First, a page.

WATCHING: United States, Central America and Northern South America, Europe, Coastal West Africa, South Asia, Southeast Asia and the Pacific. 

This blogpost presents a global overview of regions likely to encounter significant water anomalies in the coming months. It is based on ISciences' Water Security Indicator Model (WSIM) Global Water Monitor and Forecast issued 12 June 2015, a proprietary report on global water anomalies using observed temperature and precipitation through May 2015 and an ensemble of forecasts issued the last week of May 2015.

The map identifies significant water anomalies for the one year period beginning in March 2015 and running through February 2016 using 3 months of observed temperature and precipitation data and 9 months of forecast data. WSIM expresses anomalies in terms of return period. Return period describes how rare the surpluses (increasing intensity of blue) or deficits (increasing intensity of red) are relative to expectations. For example, an anomaly with a return period of 10 years would be expected to occur once every 10 years on average, based on historical distributions. Anomaly levels correspond to return periods: abnormal=3-5 years, moderate=5-10 years, severe=10-20 years, extreme 20-40 years, and exceptional=greater than 40 years.

NOTE: More detailed posts on each of the following regions will be available soon.

United States: Exceptional water deficit conditions are forecast to persist in California and intensify in the Pacific Northwest. Severe to extreme deficits are also forecast for portions of the US Northeast. Exceptional water surpluses are forecast for the Central/Southern US.

Central America and Northern South America:  Widespread extreme deficit conditions are forecast to emerge and intensify throughout Central America and Northern South America.

Europe:  Moderate to extreme water deficits are forecast for much of Europe, with the most intense deficits forecast for Portugal, Belarus, and Ukraine. Moderate to severe surpluses are forecast for Ireland, Scotland, Switzerland, Bulgaria, and parts of Turkey.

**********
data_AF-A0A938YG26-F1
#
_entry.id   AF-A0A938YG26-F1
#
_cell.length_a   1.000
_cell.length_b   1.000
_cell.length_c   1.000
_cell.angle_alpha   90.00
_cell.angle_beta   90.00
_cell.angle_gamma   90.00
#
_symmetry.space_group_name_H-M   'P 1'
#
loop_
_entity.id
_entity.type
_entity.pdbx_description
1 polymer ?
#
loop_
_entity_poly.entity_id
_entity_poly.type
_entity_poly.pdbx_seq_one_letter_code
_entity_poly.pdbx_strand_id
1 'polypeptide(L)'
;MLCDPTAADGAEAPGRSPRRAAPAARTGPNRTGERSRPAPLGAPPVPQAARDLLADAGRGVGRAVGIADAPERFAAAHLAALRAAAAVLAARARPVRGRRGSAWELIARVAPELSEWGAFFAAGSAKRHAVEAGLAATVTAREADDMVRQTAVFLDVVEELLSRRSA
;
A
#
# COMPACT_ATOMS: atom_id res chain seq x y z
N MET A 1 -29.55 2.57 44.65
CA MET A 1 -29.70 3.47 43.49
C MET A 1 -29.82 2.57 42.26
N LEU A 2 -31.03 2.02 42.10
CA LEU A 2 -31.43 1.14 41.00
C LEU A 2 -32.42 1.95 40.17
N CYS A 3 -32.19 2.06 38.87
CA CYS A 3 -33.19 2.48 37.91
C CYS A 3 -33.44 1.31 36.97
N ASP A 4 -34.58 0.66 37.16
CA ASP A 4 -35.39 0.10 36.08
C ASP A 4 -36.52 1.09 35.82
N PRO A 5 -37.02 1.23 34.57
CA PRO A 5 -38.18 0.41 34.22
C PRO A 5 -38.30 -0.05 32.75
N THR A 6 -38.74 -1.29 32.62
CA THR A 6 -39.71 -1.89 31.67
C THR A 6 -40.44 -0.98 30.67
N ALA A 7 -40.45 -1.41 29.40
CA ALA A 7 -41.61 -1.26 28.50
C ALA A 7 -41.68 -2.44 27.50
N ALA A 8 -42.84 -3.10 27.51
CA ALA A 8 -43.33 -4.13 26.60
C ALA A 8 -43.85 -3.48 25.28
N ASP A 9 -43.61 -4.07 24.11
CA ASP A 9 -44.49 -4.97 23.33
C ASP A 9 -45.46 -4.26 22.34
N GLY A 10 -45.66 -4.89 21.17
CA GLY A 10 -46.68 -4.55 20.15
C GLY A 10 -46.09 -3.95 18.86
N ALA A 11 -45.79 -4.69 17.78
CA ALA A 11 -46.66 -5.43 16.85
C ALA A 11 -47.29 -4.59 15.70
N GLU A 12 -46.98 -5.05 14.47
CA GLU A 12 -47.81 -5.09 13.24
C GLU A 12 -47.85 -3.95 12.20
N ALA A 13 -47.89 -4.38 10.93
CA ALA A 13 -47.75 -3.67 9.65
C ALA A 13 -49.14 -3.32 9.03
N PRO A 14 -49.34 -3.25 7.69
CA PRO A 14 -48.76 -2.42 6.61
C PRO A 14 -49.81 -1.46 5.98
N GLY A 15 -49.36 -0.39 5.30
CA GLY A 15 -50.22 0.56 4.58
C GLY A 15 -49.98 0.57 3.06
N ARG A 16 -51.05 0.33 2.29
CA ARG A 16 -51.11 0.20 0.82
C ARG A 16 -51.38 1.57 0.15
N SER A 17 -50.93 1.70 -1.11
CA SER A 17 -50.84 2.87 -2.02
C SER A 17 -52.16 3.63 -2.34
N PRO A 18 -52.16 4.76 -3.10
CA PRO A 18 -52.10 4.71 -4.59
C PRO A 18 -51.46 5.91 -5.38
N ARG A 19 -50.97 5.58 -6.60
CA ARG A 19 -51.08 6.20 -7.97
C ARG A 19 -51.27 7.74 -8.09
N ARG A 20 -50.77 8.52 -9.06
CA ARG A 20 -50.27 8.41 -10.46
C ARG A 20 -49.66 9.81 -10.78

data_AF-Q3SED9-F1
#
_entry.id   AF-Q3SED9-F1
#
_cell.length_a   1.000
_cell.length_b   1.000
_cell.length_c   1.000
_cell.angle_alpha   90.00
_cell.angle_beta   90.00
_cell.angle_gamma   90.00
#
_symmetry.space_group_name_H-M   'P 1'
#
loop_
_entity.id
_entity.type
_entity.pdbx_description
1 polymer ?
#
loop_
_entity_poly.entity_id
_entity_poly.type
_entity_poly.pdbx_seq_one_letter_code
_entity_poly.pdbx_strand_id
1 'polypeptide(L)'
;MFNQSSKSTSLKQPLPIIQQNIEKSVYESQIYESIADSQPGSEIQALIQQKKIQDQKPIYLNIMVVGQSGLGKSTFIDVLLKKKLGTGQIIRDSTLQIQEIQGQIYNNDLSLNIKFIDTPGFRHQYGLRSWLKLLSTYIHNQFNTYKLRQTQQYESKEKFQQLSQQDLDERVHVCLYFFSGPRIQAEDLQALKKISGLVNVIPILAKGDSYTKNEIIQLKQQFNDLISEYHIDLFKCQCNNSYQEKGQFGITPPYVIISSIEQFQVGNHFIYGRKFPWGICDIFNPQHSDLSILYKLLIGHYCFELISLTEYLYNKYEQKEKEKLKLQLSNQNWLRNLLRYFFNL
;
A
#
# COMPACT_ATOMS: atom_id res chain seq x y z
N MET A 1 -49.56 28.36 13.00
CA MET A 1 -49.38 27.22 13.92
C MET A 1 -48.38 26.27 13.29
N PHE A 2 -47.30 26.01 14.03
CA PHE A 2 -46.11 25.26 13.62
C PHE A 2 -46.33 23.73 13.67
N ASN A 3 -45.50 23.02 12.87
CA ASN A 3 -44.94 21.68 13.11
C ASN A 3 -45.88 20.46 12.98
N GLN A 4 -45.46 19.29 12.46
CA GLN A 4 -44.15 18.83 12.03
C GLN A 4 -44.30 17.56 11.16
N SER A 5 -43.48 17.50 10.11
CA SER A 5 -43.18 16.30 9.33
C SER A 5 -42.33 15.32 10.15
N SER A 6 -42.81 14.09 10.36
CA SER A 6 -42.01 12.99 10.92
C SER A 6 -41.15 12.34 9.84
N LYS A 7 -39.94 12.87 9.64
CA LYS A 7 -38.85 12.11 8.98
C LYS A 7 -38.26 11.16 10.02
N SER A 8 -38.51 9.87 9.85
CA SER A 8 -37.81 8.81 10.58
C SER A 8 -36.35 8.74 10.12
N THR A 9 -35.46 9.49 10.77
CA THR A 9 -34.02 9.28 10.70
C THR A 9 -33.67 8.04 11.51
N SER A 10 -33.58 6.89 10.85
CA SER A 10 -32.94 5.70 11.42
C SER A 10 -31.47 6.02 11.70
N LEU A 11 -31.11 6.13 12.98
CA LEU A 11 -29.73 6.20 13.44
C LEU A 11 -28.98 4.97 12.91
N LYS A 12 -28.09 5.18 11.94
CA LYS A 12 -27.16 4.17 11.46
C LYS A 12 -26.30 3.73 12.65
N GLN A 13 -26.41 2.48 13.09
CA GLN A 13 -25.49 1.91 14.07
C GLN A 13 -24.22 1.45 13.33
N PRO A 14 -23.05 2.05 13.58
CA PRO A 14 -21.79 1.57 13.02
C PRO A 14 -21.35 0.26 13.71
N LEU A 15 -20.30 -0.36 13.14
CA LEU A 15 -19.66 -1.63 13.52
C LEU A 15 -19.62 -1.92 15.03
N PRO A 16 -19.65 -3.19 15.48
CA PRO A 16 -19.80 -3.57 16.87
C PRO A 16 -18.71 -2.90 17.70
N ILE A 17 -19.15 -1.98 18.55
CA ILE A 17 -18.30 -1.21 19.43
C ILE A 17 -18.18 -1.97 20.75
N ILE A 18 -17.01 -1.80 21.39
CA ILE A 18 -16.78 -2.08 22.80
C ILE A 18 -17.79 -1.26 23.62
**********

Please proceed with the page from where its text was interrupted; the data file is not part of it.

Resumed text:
Coastal West Africa:  Exceptional deficits are forecast to persist and intensify in a swath of countries in coastal West Africa from Côte D'Ivoire to the Congo. Further north, deficits in Mauritania are forecast to persist.

South Asia:  Most of India is forecast to experience mild to extreme water deficits, particularly in Himachal Pradesh, Uttarakhand, Madhya Pradesh, Chhattisgarh, and Orissa. These deficits follow a pattern similar to last year's monsoon season.  

Southeast Asia and the Pacific:  Deficits in Southeast Asia are forecast to intensify to exceptional levels particularly in Thailand, Laos, and Cambodia. Similarly, exceptional deficits are forecast for Papua New Guinea and the Indonesian province of Papua. Deficits are also forecast for the Philippines and additional eastern Indonesian provinces.



Many analyses reported in ISciences-authored blog posts are based on data generated by the ISciences Water Security Indicator Model (WSIM). Other sources, if used, are referenced in footnotes accompanying individual posts. WSIM is a validated capability that produces monthly reports on current and forecast global freshwater surpluses and deficits with lead times of 1-9 months at 0.5°x0.5° resolution. This capability has been in continuous operation since April 2011 and has proven to provide reliable forecasts of emerging water security concerns in that time-frame. WSIM has the ability to assess the impacts of water anomalies on people, agriculture, and electricity generation. Detailed data, customized visualizations, and reports are available for purchase.

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